Monday, May 1, 2017

When Businesses Became Start Ups

These days, everyone wants a startup of their own.

Okay, so maybe that's too generalized. Not everyone wants a startup of their own. But a lot of millennials do.

Before further discussion, this is how Wikipedia defines startups:

startup company (startup or start-up) is an entrepreneurial venture which is typically a newly emerged, fast-growing business that aims to meet a marketplace need by developing or offering an innovative product, process or service. A startup is usually a company such as a small business, a partnership or an organization designed to rapidly develop a scalable business model.

Now, I don't mind start-ups, even though I don't have the inclination or ability to start one. My problem is with the fact that today, startups are being presented to us a solution to all our problems. In an age when all things Internet are the definition of cool and a generation whose heroes are Mark Zuckerberg and Elon Musk, startups have become the generational dream. You just start a business on the Internet, code like a boss to set up the site, and suddenly you're the next big thing and maybe you're helping people and decreasing unemployment. Startups peddle the hipster-y image in which offices are relaxed, bosses are cool and hey, every day is casual Saturday. It's hip, it's cool, it's fun and it makes money. Startups feel like the next big thing that's pull us out of....I don't even know what, and a lot of people are buying into this dream.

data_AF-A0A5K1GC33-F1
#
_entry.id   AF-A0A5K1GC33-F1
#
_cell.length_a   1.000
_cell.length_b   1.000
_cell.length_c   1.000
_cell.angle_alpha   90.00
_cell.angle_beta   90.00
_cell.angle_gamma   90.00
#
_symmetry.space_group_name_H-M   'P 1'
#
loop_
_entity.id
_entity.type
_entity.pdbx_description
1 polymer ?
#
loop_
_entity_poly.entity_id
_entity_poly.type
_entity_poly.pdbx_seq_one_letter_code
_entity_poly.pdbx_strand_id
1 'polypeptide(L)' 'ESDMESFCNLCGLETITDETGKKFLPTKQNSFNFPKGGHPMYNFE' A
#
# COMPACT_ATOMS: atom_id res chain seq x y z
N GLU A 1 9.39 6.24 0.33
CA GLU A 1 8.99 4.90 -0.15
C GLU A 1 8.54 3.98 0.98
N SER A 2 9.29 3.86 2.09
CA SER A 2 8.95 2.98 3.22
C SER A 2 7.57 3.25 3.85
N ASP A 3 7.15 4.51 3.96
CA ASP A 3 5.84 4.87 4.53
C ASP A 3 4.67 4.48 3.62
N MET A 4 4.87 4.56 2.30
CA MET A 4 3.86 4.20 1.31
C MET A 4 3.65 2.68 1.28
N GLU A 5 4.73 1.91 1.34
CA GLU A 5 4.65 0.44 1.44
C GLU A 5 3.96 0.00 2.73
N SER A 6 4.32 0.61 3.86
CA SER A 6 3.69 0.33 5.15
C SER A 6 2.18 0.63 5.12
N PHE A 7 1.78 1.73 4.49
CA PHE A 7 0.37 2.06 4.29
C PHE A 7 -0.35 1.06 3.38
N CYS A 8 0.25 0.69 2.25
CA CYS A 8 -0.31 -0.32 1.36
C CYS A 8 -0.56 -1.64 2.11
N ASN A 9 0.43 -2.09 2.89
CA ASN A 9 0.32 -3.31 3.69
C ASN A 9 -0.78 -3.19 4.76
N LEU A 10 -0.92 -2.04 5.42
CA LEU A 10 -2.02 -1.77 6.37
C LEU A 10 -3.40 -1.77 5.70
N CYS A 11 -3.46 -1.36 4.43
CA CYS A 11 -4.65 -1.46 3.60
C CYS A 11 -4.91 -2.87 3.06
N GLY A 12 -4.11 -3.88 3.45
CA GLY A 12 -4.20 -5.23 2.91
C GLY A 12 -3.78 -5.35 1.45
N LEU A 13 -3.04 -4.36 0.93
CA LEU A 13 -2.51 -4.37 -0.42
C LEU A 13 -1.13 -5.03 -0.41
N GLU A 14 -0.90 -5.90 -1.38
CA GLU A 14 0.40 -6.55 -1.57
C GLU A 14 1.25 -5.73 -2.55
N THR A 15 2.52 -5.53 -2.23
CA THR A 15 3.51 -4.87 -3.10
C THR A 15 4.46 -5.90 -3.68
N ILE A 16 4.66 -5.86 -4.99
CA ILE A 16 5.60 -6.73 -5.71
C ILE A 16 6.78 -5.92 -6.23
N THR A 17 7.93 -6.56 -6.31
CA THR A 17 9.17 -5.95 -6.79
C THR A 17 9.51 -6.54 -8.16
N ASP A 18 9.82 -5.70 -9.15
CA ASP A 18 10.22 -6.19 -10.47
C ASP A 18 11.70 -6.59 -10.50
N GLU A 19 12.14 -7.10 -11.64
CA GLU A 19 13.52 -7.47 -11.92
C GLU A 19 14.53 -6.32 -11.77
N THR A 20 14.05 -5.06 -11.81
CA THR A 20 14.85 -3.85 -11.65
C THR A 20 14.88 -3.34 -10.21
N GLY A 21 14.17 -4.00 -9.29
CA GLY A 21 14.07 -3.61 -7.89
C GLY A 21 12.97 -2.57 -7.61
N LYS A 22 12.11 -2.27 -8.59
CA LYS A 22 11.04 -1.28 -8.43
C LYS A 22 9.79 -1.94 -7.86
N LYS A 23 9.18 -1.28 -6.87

It's time I tell you why I have a problem with this startup craze and bear with me here while I, a non-economist and non-sociologist, explain why the 'startup dream' is problematic. I guess that clarifies that I have an issue with the startup dream and not the basic idea of startups, or even the great startups that went on to make a difference in my life.

A few months ago, I met an old friend after having no contact with her for 8 years. During all the catching up conversations we kept running into the 'what are you planning to do with your life' topic. I explained to her that even though I haven't thought too seriously about it, having a small architecture firm of my own would be nice. She looked at me and said, "So,,,like a startup?" And I didn't know why she needed to bring the term into a discussion about good old fashioned architecture firm. Is that the term one would use for a new law firm or a medical practice? I am guessing not. So I assumed that the problem with her understanding lay either in her idea of a startup or her limited knowledge of service-providers and businesses that have been operating for decades in this world without the need for a special name.